Moreover, the staff had changed. And in
my opinion the staff now is much
friendlier then before. The staff took a
pride in talking to me. This made me feel
very comfortable and homely I felt really
proud of being a Sherwoodian.
: How did you happen to join the army ?
: I was never very good at studies. I was
more of an outdoor person. I had a strong
inclination to a career in either the
navy or the army from the very start.
Though this idea of my joining the army
never appealed to my father, despite his
refusal, I got in and now I'm the Defence
and Military attaché in Pakistan.
: What do you think of the educational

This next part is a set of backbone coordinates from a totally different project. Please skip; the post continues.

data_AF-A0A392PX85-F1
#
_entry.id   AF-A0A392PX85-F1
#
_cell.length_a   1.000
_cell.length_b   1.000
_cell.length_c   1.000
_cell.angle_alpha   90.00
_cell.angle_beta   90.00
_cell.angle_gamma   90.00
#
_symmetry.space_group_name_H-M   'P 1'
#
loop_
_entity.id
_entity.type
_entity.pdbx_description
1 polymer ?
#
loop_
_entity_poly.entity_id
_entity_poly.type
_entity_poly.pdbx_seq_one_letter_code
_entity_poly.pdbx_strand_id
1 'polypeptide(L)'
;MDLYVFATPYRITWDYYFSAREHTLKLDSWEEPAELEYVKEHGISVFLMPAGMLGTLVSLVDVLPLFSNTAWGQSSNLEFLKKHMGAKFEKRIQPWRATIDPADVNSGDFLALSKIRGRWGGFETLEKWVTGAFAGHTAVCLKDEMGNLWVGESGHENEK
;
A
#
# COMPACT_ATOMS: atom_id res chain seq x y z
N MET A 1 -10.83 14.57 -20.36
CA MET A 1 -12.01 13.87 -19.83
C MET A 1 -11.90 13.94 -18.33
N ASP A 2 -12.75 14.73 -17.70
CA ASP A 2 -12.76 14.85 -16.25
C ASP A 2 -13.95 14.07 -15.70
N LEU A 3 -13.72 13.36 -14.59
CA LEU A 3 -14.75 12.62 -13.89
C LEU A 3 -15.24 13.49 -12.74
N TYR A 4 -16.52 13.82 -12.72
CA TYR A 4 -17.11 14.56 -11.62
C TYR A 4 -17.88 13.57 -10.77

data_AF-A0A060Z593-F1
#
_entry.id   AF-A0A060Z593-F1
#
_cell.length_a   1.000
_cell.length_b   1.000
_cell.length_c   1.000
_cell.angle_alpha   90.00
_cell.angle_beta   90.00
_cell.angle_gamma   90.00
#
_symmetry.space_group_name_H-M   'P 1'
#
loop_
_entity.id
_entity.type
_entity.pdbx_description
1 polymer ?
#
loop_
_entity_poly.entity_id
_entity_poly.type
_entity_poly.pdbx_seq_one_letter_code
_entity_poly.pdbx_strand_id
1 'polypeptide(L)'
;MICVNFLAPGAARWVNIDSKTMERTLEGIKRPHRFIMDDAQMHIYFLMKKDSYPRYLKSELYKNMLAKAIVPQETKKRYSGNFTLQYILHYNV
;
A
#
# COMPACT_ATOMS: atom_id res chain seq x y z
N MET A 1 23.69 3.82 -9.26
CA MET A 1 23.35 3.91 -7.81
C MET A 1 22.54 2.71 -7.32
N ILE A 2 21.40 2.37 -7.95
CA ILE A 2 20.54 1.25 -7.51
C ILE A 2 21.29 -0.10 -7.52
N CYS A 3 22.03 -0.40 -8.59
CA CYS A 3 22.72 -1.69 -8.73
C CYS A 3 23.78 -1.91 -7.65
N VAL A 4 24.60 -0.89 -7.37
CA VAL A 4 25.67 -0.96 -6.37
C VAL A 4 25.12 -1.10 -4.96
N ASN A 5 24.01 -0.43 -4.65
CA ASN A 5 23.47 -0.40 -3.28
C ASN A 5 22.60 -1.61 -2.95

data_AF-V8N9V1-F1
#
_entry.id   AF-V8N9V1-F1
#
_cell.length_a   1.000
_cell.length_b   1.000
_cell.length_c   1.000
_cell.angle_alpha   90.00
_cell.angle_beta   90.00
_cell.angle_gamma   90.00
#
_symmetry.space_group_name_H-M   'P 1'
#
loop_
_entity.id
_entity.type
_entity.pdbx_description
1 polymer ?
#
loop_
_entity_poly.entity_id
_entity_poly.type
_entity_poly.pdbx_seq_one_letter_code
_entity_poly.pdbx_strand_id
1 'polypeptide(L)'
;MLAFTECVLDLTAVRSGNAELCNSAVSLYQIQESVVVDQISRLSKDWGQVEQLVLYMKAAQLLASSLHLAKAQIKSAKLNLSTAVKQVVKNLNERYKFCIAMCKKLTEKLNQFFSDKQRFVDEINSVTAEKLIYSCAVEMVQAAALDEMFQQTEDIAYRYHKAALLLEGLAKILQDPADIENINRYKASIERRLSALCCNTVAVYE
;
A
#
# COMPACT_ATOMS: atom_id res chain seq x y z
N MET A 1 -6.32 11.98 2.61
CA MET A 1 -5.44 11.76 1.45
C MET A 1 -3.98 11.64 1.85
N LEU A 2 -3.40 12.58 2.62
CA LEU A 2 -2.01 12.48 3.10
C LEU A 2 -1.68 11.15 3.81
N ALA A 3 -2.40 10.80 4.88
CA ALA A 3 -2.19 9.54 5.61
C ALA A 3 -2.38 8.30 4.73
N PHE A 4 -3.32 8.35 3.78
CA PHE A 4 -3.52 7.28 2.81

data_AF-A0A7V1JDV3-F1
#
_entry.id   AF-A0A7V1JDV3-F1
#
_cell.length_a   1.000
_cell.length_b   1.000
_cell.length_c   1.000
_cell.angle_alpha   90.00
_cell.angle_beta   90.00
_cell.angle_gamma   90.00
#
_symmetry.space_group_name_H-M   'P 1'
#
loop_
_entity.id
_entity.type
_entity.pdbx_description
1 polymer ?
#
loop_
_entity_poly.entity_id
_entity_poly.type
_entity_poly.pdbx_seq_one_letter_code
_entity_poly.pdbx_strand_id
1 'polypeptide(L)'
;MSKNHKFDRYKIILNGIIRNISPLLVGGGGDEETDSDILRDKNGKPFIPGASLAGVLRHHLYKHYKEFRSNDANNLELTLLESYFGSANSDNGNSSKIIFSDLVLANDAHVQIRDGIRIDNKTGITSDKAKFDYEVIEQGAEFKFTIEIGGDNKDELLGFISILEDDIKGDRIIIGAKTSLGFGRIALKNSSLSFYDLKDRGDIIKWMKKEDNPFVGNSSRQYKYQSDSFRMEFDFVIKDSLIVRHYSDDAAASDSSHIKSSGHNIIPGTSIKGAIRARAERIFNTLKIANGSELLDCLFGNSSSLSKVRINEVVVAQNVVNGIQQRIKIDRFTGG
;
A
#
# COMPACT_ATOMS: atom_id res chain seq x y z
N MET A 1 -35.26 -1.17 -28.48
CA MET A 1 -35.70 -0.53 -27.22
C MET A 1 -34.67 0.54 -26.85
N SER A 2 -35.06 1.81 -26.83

system today ?
: It's confused and in complete chaos. In
other words, it's confusing our youth and
wasting their time. This system is laying
a great deal of pressure on the youth and
thus he lacks that development which is
very necessary in a growing child. It's
nothing like in England or America where
the emphasis is upon development of the
personality and the emphasis on education
lies in arousing a child's interest. I
think we can attribute this pressure to
the high qualifications required for good
: Has this affected our school seriously
S. Kent : Not to my knowledge,
for we still lay a great deal of emphasis
on other activities which helps in the
development of personality and does not
make a boy a mere book-worm. Here a child
is in an independent situation away from
overzealous parents. It's here that he
learns how to live with others. Because
of his impressive conduct, outlook and